PSYCH  Vol.3 No.6 , June 2012
The Imaginary Audience and the Personal Fable: A Test of Elkind’s Theory of Adolescent Egocentrism
ABSTRACT
The aim of this research was to test empirically Elkind’s (1967, 1970, 1978) Piagetian theoretical formulation for the developmental nature of adolescent egocentrism. The contribution of this study is threefold because it includes: 1) Pubertal development (with a distinction between status and timing), which has been systematically ignored by other investigators; 2) a broad age range (11 - 18 year-old adolescents); and 3) a variety of manifestations and dimensions of egocentrism. The association of the two main forms of adolescent egocentrism—the imaginary audience and the personal fable—with age, gender, pubertal development, and formal operational thought was investigated. Participants were 314 adolescents who completed the Physical Development Scale (Petersen, Crockett, Richards, & Boxer, 1988), a battery of cognitive tasks (Demetriou, Efklides, & Platsidou, 1993), the Imaginary Audience Scale (Elkind & Bowen, 1979), the New Imaginary Audience Scale (Lapsley, Fitzgerald, Rice, & Jackson, 1989), the Personal Fable Scale (Elkind, personal communication, August 10, 1993), and the New Personal Fable Scale (Lapsley et al., 1989). Findings provided partial support for Elkind’s hypothesis. Only the imaginary audience in the form of self-consciousness was associated with grade. Systematic gender differences emerged for several dimensions of imaginary audience and personal fable. For only a few dimensions of imaginary audience and personal fable the expected associations with pubertal and cognitive development, as well as interesting interaction effects, were found. Results are discussed in terms of their implications for Elkind’s theory and for alternative interpretations of imaginary audience and personal fable.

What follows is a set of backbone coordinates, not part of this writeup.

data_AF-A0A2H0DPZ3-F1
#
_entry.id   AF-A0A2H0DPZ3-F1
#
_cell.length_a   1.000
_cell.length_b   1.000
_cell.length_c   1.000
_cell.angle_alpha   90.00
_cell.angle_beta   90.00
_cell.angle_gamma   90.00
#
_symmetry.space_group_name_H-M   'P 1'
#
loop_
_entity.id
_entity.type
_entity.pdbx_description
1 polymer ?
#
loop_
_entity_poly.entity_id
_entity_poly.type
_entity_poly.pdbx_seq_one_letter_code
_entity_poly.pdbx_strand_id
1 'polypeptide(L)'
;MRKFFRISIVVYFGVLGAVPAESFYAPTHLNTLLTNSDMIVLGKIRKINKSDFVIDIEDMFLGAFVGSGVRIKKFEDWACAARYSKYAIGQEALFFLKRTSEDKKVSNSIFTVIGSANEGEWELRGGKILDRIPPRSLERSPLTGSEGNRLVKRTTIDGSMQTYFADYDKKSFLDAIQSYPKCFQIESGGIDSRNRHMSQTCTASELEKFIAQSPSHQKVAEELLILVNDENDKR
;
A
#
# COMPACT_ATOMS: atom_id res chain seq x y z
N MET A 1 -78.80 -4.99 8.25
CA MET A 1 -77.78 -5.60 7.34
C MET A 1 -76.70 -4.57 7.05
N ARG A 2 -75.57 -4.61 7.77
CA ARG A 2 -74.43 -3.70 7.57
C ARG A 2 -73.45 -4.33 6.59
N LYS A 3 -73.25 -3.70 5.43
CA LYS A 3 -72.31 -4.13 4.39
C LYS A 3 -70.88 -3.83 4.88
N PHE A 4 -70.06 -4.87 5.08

Cite this paper
P. Galanaki, E. (2012). The Imaginary Audience and the Personal Fable: A Test of Elkind’s Theory of Adolescent Egocentrism. Psychology, 3, 457-466. doi: 10.4236/psych.2012.36065.
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